4. Ischia

slow   steep paths   donkey paths   small clatter of displaced
through the heat-haze   white sails below   slow   across the
hot springs   not far off   linger for a slow bask
in the ambience   lying back   the clouds too   move slowly
over and away

What's this house then, hill house, rock house,
House of stone in the midst of stones,
House without whitewash, alien to locals?
Has it erupted from the lava-beds? Hold on,
Come closer, it's new, it's built, it's engineered
Into the hillside, can you not hear music?
Can you not smell the myrtle of La Mortella
Home of the Waltons, haven of art and quiet?
There is a tremor of butterflies, a tremor of fountains.
Creepers are slowly exploring the terraces.
Tree-ferns, yuccas, aloes unslumber themselves
Stiffly into the essence of a tremor
As a light breeze parts the curtain of heat.
The house has a mini-funicular
To the swimming-pool on the hilltop.
The water shimmers in the intense light.
Slide gently into the tremor, or at night
Drift yellow as a carp through its underwater lamps.

mosaics   majolica   terracotta   lintels of lava   ancient
Pulcinella in the hall   for welcome   wine on the terrace
sipping slowly   as the sun goes down   a tremor of keys
from the piano-room   a slow tune

Suddenly it is May and there's a great noise on the island,
It is time to shelve the music-paper and take to the streets.
The statue of Saint Restituta, black African dressed in gold,
Bobs slowly between the crowds towards the sea,
Blessing and blessed by a band playing older strains
Than Walton's. He listens, watches, mingles.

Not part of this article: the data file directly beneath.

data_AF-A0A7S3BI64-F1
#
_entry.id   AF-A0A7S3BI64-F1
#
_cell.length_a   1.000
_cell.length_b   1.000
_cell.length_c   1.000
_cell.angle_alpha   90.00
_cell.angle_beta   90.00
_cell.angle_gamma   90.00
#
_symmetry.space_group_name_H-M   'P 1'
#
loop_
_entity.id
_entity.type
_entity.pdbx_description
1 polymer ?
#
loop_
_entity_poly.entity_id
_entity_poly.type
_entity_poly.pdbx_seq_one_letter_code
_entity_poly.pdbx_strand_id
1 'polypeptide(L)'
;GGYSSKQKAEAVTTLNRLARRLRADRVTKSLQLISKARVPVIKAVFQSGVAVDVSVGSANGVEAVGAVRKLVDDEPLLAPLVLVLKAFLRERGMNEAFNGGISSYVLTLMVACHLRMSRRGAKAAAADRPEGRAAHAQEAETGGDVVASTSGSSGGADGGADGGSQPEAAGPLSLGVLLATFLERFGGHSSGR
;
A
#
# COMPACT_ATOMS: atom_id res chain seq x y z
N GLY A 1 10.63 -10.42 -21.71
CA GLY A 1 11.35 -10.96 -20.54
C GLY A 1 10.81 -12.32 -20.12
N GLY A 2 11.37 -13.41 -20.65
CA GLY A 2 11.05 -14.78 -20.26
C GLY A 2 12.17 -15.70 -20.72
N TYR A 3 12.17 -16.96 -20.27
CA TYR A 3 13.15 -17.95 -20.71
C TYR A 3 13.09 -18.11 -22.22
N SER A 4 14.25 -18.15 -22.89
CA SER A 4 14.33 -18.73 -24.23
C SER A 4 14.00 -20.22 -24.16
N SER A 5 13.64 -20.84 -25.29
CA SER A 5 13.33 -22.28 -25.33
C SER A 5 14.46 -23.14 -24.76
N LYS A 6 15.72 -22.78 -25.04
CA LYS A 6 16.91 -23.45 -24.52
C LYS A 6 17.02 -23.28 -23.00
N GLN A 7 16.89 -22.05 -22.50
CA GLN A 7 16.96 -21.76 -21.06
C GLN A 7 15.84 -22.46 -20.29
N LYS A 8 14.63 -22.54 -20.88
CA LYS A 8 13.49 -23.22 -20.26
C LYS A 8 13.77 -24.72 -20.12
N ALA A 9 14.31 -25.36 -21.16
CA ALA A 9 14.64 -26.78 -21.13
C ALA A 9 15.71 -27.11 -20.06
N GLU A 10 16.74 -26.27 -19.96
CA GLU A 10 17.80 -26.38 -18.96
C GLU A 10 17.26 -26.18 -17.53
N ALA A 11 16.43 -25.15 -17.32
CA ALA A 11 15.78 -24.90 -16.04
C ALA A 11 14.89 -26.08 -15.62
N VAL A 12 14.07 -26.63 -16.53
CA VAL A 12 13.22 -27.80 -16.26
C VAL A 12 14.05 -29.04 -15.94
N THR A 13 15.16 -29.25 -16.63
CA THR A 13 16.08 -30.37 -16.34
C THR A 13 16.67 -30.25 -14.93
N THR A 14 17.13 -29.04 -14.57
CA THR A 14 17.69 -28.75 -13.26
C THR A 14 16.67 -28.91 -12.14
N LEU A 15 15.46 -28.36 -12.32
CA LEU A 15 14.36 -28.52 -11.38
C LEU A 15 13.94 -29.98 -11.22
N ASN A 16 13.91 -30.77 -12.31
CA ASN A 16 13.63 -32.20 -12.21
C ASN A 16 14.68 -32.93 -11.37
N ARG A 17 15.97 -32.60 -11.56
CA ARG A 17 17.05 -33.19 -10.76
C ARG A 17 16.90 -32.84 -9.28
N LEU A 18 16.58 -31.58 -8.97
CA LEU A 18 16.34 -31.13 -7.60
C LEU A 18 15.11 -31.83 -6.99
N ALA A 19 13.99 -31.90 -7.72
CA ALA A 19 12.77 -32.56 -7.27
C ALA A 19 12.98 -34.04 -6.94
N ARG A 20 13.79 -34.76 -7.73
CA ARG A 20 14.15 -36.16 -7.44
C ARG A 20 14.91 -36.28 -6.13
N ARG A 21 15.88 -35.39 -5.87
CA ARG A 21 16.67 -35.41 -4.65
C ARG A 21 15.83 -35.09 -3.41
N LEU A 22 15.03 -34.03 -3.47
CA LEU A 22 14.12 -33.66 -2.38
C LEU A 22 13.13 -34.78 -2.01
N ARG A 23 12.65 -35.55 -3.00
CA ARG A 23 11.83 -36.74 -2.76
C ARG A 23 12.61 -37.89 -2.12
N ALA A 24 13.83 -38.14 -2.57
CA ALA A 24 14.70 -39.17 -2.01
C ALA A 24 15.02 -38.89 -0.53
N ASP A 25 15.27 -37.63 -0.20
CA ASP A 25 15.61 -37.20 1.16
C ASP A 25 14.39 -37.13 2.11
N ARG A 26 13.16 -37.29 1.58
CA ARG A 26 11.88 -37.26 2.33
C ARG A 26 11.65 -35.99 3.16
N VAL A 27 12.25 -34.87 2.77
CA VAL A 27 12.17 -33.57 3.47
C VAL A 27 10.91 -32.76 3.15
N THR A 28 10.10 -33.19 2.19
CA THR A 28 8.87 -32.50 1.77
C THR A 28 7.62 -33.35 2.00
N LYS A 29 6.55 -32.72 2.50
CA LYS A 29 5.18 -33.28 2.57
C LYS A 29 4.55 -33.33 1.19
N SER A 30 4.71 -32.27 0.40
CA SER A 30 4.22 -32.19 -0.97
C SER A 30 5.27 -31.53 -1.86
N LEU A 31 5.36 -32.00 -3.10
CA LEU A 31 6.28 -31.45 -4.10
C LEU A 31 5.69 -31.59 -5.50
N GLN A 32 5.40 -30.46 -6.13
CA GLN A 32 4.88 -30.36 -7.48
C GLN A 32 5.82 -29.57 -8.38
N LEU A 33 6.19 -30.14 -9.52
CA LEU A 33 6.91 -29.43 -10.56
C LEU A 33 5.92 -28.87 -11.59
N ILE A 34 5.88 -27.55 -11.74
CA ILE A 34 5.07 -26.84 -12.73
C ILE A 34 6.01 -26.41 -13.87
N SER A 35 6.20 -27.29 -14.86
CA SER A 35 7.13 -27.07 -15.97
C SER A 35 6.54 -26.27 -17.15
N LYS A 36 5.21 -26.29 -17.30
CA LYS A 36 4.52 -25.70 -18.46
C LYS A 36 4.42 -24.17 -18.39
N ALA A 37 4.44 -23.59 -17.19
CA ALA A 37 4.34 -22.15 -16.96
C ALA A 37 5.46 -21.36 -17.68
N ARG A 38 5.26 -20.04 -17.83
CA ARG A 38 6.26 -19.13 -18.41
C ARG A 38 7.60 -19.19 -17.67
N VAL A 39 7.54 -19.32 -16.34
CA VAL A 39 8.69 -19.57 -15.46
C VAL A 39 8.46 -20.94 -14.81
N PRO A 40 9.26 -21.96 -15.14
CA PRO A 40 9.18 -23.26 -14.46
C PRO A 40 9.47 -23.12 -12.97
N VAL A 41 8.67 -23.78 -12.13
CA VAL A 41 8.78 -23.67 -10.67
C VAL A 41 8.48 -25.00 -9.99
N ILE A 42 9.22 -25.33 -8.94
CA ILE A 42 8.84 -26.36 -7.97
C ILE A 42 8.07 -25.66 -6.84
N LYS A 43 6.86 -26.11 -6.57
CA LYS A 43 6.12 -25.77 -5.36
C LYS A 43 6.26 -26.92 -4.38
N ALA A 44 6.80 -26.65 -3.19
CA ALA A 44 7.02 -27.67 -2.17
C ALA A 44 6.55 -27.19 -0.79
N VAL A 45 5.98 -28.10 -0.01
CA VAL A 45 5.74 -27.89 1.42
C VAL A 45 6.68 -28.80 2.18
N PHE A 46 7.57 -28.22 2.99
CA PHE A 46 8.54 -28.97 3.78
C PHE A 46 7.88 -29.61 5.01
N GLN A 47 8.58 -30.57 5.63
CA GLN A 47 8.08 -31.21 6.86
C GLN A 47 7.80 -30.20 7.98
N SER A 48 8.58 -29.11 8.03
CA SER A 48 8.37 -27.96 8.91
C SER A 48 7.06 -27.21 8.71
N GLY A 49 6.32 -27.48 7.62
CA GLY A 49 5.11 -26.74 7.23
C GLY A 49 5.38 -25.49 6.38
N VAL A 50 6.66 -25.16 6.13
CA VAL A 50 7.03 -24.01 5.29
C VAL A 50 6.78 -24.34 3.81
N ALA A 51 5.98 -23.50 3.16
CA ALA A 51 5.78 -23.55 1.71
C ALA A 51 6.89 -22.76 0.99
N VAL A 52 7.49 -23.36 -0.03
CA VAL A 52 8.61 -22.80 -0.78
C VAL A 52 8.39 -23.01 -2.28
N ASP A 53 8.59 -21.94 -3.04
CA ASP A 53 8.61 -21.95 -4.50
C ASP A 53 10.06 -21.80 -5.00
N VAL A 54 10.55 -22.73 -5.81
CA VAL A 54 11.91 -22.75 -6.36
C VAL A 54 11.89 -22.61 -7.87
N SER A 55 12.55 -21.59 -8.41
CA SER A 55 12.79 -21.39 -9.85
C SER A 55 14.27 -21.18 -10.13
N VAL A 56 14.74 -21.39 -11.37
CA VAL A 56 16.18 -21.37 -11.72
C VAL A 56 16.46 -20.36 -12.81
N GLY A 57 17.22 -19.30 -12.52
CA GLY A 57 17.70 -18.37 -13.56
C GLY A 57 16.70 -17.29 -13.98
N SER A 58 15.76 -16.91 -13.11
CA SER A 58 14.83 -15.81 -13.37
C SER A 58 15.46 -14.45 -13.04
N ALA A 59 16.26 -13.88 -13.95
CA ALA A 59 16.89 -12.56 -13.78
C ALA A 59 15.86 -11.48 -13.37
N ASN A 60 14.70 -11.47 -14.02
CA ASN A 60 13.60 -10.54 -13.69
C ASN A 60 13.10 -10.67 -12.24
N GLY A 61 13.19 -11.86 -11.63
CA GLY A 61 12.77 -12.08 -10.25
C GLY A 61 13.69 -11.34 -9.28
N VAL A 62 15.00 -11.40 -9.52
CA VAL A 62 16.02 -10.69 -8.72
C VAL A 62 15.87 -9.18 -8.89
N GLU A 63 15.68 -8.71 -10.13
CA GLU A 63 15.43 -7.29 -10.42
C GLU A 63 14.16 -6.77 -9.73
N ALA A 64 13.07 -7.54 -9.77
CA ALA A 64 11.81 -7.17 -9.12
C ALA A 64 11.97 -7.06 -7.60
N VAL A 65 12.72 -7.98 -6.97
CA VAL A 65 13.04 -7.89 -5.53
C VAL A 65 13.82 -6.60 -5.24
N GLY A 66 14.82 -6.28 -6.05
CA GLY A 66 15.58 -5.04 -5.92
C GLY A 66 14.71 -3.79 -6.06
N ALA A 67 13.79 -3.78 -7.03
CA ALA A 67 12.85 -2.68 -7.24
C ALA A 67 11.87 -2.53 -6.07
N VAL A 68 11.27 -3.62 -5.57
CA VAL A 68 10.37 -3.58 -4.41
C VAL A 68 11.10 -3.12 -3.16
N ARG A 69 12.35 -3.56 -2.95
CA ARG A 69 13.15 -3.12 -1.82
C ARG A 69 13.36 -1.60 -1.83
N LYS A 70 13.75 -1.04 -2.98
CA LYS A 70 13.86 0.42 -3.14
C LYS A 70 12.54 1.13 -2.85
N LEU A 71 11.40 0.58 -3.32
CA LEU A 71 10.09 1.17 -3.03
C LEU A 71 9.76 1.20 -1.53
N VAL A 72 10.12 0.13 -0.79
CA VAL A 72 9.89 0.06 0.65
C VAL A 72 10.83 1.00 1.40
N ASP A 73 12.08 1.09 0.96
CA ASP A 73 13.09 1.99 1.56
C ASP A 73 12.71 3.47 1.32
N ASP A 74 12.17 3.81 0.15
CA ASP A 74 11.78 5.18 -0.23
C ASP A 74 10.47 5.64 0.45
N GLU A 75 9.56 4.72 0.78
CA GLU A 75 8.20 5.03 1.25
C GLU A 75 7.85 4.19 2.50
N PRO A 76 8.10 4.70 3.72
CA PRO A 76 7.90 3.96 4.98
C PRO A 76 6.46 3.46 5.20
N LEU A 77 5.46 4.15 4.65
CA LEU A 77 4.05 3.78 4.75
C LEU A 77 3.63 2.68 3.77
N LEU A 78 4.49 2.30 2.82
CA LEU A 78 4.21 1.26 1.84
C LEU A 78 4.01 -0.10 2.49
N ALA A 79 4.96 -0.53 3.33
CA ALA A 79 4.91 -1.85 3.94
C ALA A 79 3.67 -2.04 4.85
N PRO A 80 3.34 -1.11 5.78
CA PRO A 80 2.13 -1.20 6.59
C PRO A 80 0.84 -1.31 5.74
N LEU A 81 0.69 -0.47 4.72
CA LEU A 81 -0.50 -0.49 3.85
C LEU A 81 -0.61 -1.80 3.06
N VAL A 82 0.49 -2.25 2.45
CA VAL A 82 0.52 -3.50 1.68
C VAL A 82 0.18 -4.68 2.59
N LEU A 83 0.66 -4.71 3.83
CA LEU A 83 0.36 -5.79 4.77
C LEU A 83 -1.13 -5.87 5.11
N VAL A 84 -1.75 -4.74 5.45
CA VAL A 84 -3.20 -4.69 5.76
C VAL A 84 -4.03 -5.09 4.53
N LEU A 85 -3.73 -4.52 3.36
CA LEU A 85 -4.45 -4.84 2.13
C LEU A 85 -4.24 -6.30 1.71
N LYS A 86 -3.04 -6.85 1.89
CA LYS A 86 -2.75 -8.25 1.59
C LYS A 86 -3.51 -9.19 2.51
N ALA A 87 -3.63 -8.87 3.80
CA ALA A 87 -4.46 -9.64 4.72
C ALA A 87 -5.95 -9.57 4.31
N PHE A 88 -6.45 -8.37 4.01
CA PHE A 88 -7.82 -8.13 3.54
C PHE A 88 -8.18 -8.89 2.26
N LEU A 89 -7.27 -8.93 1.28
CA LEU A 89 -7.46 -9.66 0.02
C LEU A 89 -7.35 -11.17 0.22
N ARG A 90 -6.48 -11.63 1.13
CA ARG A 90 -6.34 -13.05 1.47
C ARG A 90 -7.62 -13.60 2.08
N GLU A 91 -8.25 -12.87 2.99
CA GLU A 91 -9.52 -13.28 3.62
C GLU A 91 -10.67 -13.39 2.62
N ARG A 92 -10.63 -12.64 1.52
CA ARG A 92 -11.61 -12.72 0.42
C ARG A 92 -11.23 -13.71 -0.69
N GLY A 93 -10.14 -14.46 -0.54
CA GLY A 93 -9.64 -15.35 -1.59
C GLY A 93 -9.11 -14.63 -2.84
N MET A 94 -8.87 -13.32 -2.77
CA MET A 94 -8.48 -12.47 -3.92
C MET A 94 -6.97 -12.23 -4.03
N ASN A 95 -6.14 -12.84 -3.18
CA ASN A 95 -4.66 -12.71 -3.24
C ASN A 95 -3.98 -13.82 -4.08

At twilight, a thousand candles float on the bay
To answer a thousand oil-lamps in the hills.
At midnight, fireworks bring light to the sky.
Rocket after rocket falls in the slow curve
Of a dying rallentando. So where's Walton?

He is talking to an English poet with weatherbeaten face.
They stroll slowly along, in the not very dark
Darkness, William and Wystan. They are speaking
About exile, but Willie is the listener.
'Half a year here,' says Wystan, 'half in New York.
Half in the melting sun and the orange-groves,
Half in the traffic jams and the walkups.
Ischia's just what I need, I tell myself,
I've a cat and a dog, and Chester, and scandals
Fairly regularly to add spice to the dish,
Or salt to the wound, whatever the metaphor
(I love metaphors, are there any in music?),
And I write every morning and drink every evening
And life is like a thermal spring, but but,
But, my dear, is it good for me, is it good for you?
We're northern Englanders both,
What about roots? Are there roots?
What about the cold? Get braced?
There's a slow slow liquefying,
A Mediterranean meltdown.
I'm thinking of Austria,
And goodbye to the Mezzogiorno.'

        But Walton was not quite persuaded,
        And he and Susana stayed on
        In the island of content
        With music and friends and views
        Of slow cloud over
        Ashy Vesuvius.
        His own ashes lie
        Deep in a broad boulder
        On the hillside of the myrtles.

5. Waltonland

Anteroom after anteroom after anteroom
Till at last you zoom
In on the tray of champagne flutes
Playing so sparklingly
Placed so painstakingly
Polished so scarily -
You've hands like hobnail boots.
Every dog must have its day.
Lord Wimborne asks the band to play.
William and Alice slip away.

        It's a red herring. No, really.
        Walton has painted it, stuck it
        On a modern painting he does not like.
        It stinks, he says. Yes, really.

Thunder-sheet triangle viola tremolo
Fanfare for ghosts lovers hosts
Princess Imma of Erbach-Schönberg
Marquis Camillo Casati Stampa di Soncino
Prince and Princess Ludwig of Hesse and the Rhine
Prince and Princess Said ibn Hussein

        Walton puts a banana in each trouser-pocket
        When he dances with Anne Armstrong-Jones.

Sitwell days! Was it all a façade?